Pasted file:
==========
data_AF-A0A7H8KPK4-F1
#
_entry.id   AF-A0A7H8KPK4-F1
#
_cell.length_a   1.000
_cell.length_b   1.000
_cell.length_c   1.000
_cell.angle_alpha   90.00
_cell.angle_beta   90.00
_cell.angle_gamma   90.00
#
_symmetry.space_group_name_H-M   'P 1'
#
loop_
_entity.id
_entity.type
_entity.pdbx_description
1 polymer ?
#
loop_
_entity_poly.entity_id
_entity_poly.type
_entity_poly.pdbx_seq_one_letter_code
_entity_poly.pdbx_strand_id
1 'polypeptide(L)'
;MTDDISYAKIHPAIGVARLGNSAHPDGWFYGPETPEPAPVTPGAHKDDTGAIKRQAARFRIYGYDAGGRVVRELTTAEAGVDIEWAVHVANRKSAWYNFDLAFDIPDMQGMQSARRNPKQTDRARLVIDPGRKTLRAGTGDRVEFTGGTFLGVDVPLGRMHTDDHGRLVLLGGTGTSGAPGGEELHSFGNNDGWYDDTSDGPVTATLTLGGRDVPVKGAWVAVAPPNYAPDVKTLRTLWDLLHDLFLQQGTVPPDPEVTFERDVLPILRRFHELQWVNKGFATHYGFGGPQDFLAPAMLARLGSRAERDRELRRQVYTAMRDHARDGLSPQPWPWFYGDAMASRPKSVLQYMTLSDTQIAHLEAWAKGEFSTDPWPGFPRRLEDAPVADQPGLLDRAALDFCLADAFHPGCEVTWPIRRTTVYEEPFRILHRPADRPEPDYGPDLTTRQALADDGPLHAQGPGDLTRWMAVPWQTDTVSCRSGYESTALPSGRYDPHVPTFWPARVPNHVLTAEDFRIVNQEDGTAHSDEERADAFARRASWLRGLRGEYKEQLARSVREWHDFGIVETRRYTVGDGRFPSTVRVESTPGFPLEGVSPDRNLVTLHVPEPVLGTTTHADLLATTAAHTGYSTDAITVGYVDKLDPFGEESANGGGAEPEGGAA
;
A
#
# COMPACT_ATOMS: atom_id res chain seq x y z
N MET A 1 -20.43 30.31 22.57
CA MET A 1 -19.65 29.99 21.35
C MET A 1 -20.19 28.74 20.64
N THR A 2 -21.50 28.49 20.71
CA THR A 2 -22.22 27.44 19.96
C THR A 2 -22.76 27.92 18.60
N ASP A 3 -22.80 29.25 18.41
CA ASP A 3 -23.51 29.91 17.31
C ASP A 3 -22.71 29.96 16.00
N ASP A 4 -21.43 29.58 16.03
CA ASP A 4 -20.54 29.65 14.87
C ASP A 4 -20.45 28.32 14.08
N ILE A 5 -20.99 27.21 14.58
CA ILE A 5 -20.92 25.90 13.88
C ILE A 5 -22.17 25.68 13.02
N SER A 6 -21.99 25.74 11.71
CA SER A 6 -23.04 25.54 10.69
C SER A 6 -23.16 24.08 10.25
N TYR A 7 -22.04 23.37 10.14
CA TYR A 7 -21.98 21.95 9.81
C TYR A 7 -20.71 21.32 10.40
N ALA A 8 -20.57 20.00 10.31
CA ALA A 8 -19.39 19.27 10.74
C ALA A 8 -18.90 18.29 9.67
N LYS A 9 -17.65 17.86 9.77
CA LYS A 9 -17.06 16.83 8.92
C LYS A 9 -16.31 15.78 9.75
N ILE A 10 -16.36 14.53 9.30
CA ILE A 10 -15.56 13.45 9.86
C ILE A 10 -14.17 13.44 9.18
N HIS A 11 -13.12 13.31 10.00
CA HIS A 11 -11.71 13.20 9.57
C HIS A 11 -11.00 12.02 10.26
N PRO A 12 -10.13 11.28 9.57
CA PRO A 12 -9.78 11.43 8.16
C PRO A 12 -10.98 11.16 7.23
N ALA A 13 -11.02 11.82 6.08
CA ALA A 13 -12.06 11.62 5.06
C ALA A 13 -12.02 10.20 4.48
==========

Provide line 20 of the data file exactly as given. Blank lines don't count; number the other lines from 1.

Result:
loop_